When asked to describe the perfect jookin’ performance, Memphis legend DJ Paul of Three 6 Mafia answered clearly: “Dude you know how they really kill it? That’s when they float. Some of these guys look like they’re floating in the air. They are on their tiptoes, but it is as if they are floating in the air. You have guys here who will do a crazy trick and a crazy float. I like bullshit like that because we all grew up watching Michael Jackson Moonwalk.
All this and more is exactly what the competitors brought to the Red Taurus Memphis “Dance Your Style” qualifier earlier this month (October 10). Hundreds of excited viewers gathered in the outdoor section of the local Railgarten spot to watch 16 rounds of one-on-one dance battles between performers from across the country. Hosted by New Orleans artist-entrepreneur-producer Pel and Memphis artist and dancer Myles Yachts, the event is pProceeds from ticket sales were donated to Hurricane Ida relief efforts organized by MaCCNO (The Music & Culture Coalition of New Orleans).
Hype by Pell and Yachts, a thick crowd surrounded the dance floor to choose the toughest dancer at each round. The Memphis Dancers had the home court advantage, which was evident in the crowd-voted results. But the skill, talent and jaw-dropping crowd moments were the ultimate sell. Complex jookin’ freestyle routines were hard to beat. The final two performers, 16-year-old DanceBeastElise and 18-year-old Jadyn Smooth, brought the local dance style of jookin’ to the fore, finishing second and first place respectively.
Jookin’ is a dance style born in the streets of Memphis. It focuses on footwork and should not be confused with Chicago’s style of footwork or Detroit’s style of jit movement. Jookin’ evolved from gangsta walking and incorporates the poise and poise of ballet, the arrogance of hip-hop, and the elegance of Michael Jackson’s finest moonwalk.
“It’s something that was created in our hometown, it’s something that was created and originated in our city. It’s protected by knowing the good story behind it,” Yachts said. The musician and dancer shared his well-known story of Memphis jookin’ with ATMOSPHERE before the competition.
“It was before my time. It was like the early 80s. I wasn’t even born yet…let’s start with the march of the gangstas. These guys made the way and showed the stages of the gangster walk and for it to be something today. Without the gangsta march, there would be no jookin’.
When looking to learn more about the distinct dance, most Memphis dancers and jookin’ fans would direct you to LaShonte Pop, dance teacher and performer. As a competitor in the Red Taurus Qualified “Dance Your Style” Memphis, she was eliminated in the first round, beaten by Jadyn Smooth, one of her students.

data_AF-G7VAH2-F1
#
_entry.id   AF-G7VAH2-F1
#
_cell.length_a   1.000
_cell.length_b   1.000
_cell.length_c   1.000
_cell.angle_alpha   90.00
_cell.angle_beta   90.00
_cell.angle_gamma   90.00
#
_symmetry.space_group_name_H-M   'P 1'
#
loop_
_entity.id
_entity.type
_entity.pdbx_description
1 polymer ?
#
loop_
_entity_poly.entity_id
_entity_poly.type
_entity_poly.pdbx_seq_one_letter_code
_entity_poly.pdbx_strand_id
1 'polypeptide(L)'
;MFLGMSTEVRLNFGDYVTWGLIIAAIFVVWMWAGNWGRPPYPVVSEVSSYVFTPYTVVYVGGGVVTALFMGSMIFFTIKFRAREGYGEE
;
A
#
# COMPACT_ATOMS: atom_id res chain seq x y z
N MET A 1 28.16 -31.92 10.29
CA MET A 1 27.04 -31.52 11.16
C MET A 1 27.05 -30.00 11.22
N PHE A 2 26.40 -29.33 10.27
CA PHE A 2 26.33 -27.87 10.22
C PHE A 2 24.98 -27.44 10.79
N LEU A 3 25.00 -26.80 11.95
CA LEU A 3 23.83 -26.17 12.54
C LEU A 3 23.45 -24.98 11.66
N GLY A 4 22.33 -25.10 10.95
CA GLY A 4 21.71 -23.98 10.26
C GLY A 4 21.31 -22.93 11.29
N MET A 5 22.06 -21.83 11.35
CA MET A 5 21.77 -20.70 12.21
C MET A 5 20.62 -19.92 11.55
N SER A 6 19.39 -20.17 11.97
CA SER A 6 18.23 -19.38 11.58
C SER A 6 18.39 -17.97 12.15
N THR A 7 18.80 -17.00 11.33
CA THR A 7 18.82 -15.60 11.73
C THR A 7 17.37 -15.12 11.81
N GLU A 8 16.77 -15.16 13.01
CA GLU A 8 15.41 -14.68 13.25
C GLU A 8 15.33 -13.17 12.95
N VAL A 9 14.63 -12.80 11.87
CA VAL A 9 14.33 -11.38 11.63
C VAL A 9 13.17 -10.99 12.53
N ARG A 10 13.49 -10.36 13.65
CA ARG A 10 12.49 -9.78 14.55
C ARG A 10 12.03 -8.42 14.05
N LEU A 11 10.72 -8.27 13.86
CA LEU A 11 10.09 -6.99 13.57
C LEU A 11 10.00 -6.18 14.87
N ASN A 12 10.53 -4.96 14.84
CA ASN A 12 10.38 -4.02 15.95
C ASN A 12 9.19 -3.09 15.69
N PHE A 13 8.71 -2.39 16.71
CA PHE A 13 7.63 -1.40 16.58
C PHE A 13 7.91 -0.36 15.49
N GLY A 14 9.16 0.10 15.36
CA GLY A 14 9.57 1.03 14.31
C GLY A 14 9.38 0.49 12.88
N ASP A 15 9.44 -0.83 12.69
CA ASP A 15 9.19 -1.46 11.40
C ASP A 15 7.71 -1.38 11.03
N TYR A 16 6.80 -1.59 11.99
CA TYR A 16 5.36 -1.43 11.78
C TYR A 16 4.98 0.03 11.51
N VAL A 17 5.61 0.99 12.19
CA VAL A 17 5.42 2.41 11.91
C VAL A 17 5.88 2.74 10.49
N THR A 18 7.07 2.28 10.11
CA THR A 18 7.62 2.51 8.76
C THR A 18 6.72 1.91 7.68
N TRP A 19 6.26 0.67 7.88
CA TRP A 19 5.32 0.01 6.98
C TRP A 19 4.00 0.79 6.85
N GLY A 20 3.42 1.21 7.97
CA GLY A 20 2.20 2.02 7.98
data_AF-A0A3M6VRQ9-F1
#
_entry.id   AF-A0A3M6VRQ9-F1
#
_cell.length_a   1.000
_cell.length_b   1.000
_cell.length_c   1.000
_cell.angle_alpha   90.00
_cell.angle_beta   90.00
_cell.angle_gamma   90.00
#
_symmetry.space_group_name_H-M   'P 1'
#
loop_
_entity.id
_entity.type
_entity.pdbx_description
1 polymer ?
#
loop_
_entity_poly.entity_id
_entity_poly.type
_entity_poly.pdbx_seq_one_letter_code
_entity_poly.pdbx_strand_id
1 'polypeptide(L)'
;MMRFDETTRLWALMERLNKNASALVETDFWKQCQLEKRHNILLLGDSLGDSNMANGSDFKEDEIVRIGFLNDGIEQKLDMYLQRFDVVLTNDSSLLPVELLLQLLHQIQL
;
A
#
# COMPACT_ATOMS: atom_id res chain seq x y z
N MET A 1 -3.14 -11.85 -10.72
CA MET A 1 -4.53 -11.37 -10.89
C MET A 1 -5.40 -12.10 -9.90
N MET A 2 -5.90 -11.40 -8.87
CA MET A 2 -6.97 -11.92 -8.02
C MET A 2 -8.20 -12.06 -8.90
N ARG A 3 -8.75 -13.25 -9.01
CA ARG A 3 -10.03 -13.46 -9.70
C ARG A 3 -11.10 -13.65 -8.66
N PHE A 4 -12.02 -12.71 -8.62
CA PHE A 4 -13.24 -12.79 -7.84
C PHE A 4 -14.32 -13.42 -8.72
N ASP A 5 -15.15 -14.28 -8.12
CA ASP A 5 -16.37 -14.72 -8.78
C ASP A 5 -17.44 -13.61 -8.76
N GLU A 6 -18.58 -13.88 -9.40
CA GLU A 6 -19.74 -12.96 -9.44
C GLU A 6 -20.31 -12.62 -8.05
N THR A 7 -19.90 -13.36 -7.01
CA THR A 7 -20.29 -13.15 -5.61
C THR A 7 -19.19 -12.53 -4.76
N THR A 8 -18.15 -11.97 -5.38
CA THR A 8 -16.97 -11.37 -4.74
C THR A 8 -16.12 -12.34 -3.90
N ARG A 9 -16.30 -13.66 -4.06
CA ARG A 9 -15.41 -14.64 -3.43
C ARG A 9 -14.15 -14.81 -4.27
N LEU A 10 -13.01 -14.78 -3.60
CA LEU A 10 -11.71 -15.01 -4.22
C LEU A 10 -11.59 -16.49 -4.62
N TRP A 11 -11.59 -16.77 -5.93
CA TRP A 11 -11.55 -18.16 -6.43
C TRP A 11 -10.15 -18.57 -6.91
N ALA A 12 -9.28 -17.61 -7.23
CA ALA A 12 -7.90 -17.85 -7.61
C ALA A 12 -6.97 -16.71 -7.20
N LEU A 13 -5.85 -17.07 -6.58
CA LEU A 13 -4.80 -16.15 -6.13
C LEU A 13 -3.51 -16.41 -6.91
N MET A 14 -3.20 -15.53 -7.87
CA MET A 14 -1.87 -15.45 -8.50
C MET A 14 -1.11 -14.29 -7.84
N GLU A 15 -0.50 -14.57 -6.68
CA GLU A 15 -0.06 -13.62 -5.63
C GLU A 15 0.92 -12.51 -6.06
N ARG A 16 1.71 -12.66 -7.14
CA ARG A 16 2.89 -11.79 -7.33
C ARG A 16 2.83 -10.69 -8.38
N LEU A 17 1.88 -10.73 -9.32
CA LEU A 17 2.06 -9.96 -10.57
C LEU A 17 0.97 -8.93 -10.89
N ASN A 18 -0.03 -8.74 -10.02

For LaShonté Pop, jookin’ isn’t just a celebration of Memphis culture; She uses dance to mentor young people. It’s also an extension of her creative prowess as she not only dances to records created by southern hip-hop groups, but is also fueled primarily by her own music. As a small child in the 90s, she used to go to Crystal Palace, a popular ice rink now closed with her mother who walked around like a gangsta.
“My goal and my objective is to provide opportunities for people who have come after me,” she shared after the contest ended. “I taught in the school system, I taught over 5,000 kids, and a lot of them were in the neighborhood…in the ghetto. That’s [dancing] just the way they naturally express themselves. It was my job to polish and refine them, and make sure they knew their purpose.
“The same goal and the same things that I want to make sure the world knows [Memphis]. I make sure my students have the same mindset. So when they go out into the world they teach the same and make sure people know the basics [of jookin’] come from Memphis, know that it’s a whole culture and it’s not a trending dance or TikTok. That’s definitely how I’ve treated students, taking them under my wing and guiding them as they grow.
DanceBeast runner-upElise and winner Jadyn Smooth both learned from Lashonte Pop and are involved in Memphis dance circles and communities. All shared pride and appreciation for their opponent and their hometown after the competition ended with Jookin’ reigning supreme.
“I don’t care if I lose because I lost my brother so it’s alright,” an excited DanceBeastElise shared. She revealed that a problem for her in the tournament was not knowing some of the music. DJ Mikey Offline created a mix of old and new records from all genres, leaving the Gen-Z performer to guess what each song would bring.
“I was really trying to get second (Laughs) so that I can learn the rhythm quickly. When I’m dancing to new music, I always try to find the background beats and stuff to make it feel like I’m catching things that people wouldn’t hear in the song.
Smooth added, “The fact that we do this with each other every day. I work with Elise every day during rehearsals… Lashonte has taught me since I was a kid. To be able to do that to him was amazing…a real teacher versus student moment.
As the winner, Jadyn Smooth left the room fully prepared for the upcoming battle in the Nation’s Capital, both confident and talented. After overcoming the array of challengers presented to him, the Memphis-born dancer had every reason to be satisfied.
“The top four go to Washington no matter what,” he reflected on his state of mind after taking first place. “I was like, as long as I get the top, boom…I’m straight. But in fact, I knew I was going to win.
The Red Bull “Dance Your Style” competition continued with the final regional qualifier in Miami on October 17. The Red Bull BC One US National Finals took place in Washington DC on October 22-23. Angyil McNeal won the trophy to move forward and represent the whole country at the Red Bull ‘Dance Your Style’ World Final in Johannesburg, South Africa from December 4-5.